Objective: To determine whether the investment in postgraduate education and training places patients at risk for worse outcomes and higher costs than if medical and surgical care was delivered in nonteaching settings.
Summary background data: The Veterans Health Administration (VA) plays a major role in the training of medical students, residents, and fellows.
Methods: The database of the VA National Surgical Quality Improvement Program was analyzed for all major noncardiac operations performed during fiscal years 1997, 1998, and 1999. Teaching status of a hospital was determined on the basis of a background and structure questionnaire that was independently verified by a research fellow. Stepwise logistic regression was used to construct separate models predictive of 30-day mortality and morbidity for each of seven surgical specialties and eight operations. Based on these models, a severity index for each patient was calculated. Hierarchical logistic regression models were then created to examine the relationship between teaching versus nonteaching hospitals and 30-day postoperative mortality and morbidity, after adjusting for patient severity.
Results: Teaching hospitals performed 81% of the total surgical workload and 90% of the major surgery workload. In most specialties in teaching hospitals, the residents were the primary surgeons in more than 90% of the operations. Compared with nonteaching hospitals, the patient populations in teaching hospitals had a higher prevalence of risk factors, underwent more complex operations, and had longer operation times. Risk-adjusted mortality rates were not different between the teaching and nonteaching hospitals in the specialties and operations studied. The unadjusted complication rate was higher in teaching hospitals in six of seven specialties and four of eight operations. Risk adjustment did not eliminate completely these differences, probably reflecting the relatively poor predictive validity of some of the risk adjustment models for morbidity. Length of stay after major operations was not consistently different between teaching and nonteaching hospitals.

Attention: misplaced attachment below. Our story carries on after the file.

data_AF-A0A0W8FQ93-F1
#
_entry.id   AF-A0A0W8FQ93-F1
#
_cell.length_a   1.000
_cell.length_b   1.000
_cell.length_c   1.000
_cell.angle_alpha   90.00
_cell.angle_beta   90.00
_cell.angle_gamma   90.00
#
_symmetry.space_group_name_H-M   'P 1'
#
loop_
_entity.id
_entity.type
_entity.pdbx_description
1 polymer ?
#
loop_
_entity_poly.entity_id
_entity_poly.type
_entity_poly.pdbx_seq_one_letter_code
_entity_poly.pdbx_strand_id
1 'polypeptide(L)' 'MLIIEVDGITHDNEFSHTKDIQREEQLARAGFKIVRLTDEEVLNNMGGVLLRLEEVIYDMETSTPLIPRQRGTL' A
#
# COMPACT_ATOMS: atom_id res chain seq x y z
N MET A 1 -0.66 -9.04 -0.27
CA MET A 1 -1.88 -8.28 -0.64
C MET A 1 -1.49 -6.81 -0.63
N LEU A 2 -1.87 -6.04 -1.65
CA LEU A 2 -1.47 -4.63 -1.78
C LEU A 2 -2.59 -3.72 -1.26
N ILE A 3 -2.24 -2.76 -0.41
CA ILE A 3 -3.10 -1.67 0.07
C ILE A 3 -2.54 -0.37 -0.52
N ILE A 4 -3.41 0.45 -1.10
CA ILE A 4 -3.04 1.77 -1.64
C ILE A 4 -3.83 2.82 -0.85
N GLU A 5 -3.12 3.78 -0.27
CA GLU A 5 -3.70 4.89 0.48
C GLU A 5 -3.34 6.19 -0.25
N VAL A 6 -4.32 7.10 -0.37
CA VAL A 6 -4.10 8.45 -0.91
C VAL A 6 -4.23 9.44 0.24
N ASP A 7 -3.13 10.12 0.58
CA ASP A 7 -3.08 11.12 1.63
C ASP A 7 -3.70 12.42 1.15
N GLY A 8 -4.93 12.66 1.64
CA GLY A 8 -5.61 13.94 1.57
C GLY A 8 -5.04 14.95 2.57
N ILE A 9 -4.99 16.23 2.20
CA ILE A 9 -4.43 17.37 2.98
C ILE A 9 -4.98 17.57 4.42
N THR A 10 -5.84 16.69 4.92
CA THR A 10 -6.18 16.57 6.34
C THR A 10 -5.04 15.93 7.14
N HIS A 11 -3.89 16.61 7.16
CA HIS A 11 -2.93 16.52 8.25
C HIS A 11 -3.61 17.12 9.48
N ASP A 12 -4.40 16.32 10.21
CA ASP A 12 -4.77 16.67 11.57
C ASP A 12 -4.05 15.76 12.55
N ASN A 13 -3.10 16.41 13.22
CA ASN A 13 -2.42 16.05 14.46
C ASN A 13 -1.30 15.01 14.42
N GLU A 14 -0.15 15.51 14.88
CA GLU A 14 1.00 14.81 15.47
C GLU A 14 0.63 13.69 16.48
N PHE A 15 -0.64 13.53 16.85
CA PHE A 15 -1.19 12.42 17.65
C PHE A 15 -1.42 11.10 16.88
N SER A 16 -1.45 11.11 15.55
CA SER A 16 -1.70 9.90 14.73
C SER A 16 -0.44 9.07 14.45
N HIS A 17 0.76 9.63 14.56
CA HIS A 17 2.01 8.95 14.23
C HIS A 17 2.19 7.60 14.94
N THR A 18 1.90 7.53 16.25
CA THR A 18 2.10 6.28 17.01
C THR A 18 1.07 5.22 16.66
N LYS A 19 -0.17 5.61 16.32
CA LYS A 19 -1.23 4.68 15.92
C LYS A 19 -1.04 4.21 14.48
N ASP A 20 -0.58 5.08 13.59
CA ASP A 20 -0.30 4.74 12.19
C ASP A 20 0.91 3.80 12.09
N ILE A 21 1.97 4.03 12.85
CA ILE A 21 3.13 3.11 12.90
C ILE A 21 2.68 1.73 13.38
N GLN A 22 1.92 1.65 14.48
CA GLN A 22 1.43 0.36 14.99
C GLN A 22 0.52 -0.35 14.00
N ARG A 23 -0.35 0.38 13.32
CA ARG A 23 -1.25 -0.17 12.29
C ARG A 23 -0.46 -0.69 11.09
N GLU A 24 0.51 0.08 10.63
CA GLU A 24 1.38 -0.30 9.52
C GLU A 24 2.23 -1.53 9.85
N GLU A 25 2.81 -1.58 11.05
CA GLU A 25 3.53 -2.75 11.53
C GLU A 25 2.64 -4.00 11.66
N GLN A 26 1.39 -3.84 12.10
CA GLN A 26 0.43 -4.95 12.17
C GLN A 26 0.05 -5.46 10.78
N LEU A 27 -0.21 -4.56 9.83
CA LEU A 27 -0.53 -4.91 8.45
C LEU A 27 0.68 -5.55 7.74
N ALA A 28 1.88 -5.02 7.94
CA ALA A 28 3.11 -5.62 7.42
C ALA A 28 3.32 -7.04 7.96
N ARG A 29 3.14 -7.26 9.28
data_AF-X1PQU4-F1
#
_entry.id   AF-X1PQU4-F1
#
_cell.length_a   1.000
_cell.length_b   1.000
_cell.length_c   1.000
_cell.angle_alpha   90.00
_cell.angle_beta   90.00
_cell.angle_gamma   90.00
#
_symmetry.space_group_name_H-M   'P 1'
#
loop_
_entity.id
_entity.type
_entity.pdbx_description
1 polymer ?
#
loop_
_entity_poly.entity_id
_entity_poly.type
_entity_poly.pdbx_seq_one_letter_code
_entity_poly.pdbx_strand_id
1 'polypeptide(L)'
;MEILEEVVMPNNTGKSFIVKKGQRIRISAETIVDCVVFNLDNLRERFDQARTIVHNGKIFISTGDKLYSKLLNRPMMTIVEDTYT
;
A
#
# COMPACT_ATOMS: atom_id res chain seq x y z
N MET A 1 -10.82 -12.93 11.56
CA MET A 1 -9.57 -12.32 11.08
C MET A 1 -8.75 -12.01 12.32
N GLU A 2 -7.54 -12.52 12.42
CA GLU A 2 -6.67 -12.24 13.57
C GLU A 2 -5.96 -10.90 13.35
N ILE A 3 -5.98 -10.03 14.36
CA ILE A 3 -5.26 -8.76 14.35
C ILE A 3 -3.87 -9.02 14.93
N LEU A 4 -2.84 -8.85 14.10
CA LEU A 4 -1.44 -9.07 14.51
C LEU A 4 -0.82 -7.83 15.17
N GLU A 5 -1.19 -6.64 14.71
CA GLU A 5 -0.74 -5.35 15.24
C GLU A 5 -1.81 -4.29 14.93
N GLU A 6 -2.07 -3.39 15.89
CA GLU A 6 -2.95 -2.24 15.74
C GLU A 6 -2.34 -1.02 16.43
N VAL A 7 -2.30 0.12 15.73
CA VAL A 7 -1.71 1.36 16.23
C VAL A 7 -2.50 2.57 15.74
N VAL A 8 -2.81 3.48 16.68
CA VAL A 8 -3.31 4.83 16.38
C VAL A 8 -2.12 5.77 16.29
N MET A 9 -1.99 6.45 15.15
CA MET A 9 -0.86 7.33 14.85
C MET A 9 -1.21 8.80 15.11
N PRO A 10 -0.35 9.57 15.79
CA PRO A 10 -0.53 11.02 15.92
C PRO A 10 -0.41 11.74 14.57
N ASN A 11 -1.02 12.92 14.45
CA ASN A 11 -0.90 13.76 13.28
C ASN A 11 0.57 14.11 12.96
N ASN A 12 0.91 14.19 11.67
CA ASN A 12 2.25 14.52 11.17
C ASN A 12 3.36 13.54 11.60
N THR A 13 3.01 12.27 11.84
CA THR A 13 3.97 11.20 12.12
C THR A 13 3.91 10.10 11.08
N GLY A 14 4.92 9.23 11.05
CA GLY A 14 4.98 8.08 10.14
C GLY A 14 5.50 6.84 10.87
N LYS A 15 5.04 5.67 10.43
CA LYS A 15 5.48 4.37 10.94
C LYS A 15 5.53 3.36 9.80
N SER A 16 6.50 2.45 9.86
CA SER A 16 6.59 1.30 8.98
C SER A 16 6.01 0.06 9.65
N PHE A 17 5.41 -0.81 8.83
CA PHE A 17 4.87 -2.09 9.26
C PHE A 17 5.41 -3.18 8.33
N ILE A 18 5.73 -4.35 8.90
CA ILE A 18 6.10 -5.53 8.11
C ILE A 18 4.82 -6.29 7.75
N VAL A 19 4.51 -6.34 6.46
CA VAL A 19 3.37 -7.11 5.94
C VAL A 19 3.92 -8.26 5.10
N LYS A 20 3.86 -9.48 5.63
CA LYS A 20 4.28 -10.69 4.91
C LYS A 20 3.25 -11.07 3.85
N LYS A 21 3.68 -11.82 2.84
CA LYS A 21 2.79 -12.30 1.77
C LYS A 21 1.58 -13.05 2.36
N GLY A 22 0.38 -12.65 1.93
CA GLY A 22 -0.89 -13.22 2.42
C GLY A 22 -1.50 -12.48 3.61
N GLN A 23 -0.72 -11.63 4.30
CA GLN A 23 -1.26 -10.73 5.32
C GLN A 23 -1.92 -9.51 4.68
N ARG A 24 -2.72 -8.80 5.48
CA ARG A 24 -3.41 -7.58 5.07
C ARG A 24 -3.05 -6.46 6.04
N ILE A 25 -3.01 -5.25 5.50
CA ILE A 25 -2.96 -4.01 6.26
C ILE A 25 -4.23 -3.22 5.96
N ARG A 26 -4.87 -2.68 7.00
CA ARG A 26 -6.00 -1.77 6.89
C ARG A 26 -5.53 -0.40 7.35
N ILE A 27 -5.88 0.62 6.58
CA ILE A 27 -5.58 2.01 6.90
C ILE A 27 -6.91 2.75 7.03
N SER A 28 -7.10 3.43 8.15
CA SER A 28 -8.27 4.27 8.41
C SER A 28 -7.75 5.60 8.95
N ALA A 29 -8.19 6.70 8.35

Conclusion: Compared with nonteaching hospitals, teaching hospitals in the VA perform the majority of complex and high-risk major procedures, with comparable risk-adjusted 30-day mortality rates. Risk-adjusted 30-day morbidity rates in teaching hospitals are higher in some specialties and operations than in nonteaching hospitals. Although this may reflect the weak predictive validity of some of the risk adjustment models for morbidity, it may also represent suboptimal processes and structures of care that are unique to teaching hospitals. Despite good quality of care in teaching hospitals, as evidenced by the 30-day mortality data, efforts should be made to examine further the structures and processes of surgical care prevailing in these hospitals.